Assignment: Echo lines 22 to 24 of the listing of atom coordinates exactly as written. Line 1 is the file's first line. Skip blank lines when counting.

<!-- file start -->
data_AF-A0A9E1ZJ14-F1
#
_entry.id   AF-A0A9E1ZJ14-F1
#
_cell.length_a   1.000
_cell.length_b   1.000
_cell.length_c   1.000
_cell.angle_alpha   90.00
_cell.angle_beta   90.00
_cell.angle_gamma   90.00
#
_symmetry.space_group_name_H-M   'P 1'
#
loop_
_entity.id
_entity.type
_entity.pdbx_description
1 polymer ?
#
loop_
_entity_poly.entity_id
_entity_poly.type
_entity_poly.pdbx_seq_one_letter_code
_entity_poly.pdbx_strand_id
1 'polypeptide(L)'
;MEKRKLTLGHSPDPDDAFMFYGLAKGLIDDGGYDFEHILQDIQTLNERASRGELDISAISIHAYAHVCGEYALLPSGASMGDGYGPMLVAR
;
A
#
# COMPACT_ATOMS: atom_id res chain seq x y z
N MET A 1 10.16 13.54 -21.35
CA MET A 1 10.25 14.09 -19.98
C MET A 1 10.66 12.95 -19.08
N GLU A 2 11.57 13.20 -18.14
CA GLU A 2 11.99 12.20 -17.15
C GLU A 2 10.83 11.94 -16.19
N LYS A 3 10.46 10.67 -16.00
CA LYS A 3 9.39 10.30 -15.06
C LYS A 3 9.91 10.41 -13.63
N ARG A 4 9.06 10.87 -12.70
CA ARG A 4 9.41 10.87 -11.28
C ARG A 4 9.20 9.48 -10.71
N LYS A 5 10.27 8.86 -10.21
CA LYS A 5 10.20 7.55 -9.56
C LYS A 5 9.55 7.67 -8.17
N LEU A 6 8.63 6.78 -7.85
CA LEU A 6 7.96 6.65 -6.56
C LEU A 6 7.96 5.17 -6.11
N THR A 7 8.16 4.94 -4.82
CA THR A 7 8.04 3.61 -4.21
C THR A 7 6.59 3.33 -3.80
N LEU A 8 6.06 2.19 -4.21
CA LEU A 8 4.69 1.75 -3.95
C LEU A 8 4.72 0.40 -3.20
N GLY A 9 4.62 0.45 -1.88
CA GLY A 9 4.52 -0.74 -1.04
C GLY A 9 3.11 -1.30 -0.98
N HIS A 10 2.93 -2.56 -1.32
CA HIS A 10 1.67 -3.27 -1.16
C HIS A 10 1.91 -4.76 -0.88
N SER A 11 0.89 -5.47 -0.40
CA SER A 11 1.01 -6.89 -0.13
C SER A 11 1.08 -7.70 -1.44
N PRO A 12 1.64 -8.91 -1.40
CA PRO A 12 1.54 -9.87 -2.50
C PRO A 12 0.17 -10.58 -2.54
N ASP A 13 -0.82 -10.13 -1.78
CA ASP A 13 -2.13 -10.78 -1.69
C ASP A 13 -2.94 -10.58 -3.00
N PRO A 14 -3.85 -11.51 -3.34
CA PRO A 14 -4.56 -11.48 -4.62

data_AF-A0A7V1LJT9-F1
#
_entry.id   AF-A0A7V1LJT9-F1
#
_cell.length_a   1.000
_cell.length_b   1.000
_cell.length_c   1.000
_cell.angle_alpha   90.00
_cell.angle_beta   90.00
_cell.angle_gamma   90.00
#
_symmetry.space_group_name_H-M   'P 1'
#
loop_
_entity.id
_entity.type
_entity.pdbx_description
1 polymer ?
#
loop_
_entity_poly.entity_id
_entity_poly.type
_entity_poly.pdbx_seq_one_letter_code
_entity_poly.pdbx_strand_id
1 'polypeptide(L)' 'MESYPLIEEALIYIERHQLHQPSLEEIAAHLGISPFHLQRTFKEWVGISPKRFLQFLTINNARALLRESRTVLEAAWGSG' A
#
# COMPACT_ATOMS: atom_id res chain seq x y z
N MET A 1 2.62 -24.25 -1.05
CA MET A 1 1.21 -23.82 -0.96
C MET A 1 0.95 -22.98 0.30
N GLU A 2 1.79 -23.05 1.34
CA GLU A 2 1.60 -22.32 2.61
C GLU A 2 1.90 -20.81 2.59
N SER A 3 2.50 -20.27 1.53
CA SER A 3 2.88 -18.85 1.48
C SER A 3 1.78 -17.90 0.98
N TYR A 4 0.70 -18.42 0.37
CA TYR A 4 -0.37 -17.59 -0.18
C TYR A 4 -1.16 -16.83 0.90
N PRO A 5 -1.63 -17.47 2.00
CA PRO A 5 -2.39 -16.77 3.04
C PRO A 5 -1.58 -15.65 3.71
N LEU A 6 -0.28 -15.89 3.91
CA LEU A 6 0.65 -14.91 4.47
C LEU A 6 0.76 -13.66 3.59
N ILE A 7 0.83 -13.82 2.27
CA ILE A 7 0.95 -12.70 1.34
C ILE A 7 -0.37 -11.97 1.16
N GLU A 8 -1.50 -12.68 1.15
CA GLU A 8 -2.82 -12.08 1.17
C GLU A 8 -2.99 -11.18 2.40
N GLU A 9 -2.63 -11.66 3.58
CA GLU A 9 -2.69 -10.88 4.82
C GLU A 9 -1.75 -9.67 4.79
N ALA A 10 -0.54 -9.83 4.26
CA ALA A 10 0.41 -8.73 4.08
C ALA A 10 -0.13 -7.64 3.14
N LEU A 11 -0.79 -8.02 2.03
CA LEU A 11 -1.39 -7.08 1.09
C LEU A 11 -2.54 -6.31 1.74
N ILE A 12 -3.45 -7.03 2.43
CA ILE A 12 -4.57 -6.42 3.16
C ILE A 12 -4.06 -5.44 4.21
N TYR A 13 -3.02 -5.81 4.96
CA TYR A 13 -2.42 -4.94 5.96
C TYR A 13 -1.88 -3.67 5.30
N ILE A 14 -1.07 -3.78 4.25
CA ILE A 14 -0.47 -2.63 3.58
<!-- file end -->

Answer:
_entity_poly.type
_entity_poly.pdbx_seq_one_letter_code
_entity_poly.pdbx_strand_id